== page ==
Fannie Mae and Freddie Mac were created by Congress to serve the American Dream of homeownership. By the end of the century, they had become extremely profitable and powerful companies, instrumental in putting millions of Americans in their homes. So why does the government now want them dead?
In 2008, the U.S. Treasury put Fannie and Freddie into a life-support state known as "conservatorship" to prevent their failureand worldwide economic chaos. The two companies, which were always controversial, have become a battleground. Today, Fannie and Freddie are profitable again but still in conservatorship. Their profits are being redirected toward reducing the federal deficit, which leaves them with no buffer should they suffer losses again. China and Japan are big owners of Fannie and Freddie securities, and they want to ensure the safety of their investmentswhich helps explain why the government is at an impasse about what to do. But the current state of limbo is unsustainable.
Based on comprehensive reporting and dozens of interviews, Shaky Ground by bestselling author Bethany McLean, chronicles the story of Fannie and Freddie seven years after the meltdown, and tells us why homeownership finance is now one of the biggest unsolved issues in today's global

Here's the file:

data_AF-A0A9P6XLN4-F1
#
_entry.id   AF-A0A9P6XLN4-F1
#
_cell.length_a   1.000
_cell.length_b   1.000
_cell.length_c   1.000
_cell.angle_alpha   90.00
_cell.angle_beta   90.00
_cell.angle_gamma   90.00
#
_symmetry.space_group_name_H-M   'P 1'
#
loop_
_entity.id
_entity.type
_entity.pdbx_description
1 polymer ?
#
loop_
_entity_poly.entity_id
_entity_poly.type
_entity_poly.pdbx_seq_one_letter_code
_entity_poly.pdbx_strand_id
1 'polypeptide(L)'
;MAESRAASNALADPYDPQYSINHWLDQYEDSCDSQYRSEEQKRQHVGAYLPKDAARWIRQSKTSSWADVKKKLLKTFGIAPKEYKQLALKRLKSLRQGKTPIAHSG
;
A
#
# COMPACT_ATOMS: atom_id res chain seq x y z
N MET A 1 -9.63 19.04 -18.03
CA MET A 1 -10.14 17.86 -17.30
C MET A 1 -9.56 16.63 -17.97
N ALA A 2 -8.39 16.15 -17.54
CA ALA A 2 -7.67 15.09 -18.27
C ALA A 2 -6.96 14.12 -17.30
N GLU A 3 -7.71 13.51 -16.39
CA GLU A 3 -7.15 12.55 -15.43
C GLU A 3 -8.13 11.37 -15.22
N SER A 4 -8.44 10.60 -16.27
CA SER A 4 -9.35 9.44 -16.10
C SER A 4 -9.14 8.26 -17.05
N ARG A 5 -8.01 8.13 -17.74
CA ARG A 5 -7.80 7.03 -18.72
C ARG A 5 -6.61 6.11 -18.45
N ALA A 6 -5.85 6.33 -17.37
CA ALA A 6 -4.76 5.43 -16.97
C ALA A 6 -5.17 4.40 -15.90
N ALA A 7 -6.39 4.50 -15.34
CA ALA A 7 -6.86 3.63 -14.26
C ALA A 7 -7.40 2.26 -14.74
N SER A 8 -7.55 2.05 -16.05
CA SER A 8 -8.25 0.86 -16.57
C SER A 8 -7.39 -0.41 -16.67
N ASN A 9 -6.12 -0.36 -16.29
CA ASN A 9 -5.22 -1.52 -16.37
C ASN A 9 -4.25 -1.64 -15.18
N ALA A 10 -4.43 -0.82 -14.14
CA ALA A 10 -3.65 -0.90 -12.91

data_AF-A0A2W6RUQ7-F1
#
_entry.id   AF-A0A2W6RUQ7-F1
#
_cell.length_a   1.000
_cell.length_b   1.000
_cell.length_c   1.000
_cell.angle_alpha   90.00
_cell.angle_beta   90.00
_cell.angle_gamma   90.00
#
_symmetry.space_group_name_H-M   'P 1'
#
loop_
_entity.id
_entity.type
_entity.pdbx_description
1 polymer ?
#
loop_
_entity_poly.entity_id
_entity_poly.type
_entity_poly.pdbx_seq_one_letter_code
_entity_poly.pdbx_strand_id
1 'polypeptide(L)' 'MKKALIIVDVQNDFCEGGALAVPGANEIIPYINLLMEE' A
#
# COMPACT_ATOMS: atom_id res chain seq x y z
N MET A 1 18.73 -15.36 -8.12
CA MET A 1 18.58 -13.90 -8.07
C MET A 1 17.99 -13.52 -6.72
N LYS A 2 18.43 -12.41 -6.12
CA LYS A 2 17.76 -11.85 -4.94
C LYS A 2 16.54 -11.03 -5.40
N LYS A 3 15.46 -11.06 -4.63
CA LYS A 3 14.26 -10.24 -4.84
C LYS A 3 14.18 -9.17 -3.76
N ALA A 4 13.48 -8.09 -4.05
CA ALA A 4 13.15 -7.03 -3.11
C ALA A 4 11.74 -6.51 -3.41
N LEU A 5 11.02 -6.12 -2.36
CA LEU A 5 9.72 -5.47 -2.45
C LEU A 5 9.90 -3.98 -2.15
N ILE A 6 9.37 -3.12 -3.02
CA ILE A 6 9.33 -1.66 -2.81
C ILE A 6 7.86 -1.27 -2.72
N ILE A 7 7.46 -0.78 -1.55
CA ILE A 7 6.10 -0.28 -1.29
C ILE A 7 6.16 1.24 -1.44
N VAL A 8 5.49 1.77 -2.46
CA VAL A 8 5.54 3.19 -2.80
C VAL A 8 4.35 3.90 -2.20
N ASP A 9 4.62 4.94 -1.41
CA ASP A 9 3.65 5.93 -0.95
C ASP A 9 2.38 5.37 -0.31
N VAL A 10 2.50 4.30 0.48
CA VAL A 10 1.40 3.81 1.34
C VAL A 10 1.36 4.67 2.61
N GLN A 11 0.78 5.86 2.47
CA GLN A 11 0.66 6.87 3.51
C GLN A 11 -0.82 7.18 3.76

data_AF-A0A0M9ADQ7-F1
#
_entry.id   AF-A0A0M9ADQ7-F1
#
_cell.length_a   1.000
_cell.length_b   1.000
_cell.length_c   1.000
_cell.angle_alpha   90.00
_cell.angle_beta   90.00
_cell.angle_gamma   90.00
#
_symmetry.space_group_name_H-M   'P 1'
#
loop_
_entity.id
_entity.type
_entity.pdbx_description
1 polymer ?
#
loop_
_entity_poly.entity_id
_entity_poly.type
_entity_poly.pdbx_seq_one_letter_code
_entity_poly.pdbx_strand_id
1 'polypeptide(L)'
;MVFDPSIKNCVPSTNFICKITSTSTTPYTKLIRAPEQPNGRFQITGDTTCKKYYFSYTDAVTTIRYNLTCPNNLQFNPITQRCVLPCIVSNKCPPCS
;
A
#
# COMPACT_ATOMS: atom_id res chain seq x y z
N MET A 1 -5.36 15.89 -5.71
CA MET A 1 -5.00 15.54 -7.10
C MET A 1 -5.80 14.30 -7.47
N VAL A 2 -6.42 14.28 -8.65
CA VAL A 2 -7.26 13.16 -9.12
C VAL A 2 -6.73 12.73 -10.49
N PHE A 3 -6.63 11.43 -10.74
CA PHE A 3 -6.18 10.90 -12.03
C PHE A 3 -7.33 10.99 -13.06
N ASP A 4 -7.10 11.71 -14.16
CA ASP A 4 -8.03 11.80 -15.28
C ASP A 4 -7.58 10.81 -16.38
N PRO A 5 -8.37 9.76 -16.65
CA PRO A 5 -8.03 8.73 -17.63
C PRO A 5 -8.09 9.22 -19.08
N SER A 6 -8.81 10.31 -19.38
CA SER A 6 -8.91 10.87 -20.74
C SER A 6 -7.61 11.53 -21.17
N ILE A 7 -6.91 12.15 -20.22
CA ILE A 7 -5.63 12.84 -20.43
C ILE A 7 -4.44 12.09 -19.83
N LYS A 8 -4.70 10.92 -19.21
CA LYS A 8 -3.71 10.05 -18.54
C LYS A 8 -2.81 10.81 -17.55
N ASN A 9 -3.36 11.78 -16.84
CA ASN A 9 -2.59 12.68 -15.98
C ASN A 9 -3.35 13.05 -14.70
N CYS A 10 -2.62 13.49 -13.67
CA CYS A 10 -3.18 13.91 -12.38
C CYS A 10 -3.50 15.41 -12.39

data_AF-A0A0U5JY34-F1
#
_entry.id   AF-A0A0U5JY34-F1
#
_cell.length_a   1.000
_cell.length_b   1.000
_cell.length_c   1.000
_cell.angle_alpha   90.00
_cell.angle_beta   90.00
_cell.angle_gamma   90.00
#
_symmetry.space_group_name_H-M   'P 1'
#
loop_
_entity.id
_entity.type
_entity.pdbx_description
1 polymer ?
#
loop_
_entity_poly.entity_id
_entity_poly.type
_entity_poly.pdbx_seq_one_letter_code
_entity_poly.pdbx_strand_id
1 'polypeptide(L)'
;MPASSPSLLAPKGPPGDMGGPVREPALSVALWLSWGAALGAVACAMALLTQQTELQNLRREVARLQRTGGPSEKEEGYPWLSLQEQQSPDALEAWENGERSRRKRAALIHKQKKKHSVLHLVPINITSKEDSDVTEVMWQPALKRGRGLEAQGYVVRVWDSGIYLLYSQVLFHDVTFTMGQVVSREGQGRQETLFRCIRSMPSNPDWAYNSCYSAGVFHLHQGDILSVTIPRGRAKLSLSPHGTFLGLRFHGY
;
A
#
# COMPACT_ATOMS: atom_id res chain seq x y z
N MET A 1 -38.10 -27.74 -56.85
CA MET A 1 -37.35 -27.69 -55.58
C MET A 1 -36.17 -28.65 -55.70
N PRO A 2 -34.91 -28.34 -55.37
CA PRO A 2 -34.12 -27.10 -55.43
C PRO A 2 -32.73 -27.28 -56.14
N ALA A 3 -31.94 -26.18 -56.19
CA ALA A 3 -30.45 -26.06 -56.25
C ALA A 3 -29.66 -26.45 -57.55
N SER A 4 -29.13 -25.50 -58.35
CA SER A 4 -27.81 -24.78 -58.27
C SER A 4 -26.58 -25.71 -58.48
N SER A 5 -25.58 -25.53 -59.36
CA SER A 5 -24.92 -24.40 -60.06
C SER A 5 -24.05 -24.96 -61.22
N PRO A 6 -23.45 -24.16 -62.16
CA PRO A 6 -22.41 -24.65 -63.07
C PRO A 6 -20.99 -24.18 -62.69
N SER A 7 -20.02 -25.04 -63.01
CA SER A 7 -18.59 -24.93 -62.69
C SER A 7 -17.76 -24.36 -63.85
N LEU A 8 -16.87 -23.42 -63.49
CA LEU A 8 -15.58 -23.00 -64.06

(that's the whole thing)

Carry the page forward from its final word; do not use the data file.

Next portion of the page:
|Publisher:||Columbia Global Reports|
|Product dimensions:||5.00(w) x 7.40(h) x 0.60(d)|
About the Author
Bethany McLean is an investigative journalist known for her work on the Enron scandal and the 2008 financial crisis. In 2001 as a young reporter at Fortune magazine, where she eventually became an editor at large, she wrote "Is Enron Overpriced?," one of the first skeptical articles about Enron. After the company collapsed into bankruptcy, she coauthored the bestseller, The Smartest Guys in the Room: The Amazing Rise and Scandalous Fall of Enron with her Fortune colleague Peter Elkin. A documentary based on the book was nominated for an Academy Award in 2006. Her most recent book, which she coauthored with New York Times columnist Joe Nocera, is All the Devils Are Here: The Hidden History of the Financial Crisis. Prior to joining Fortune she had been an investment analyst at Goldman Sachs. She is a contributing editor at Vanity Fair , a columnist for Fortune.com and a contributor to CNBC. A graduate of Williams College, she lives in Chicago.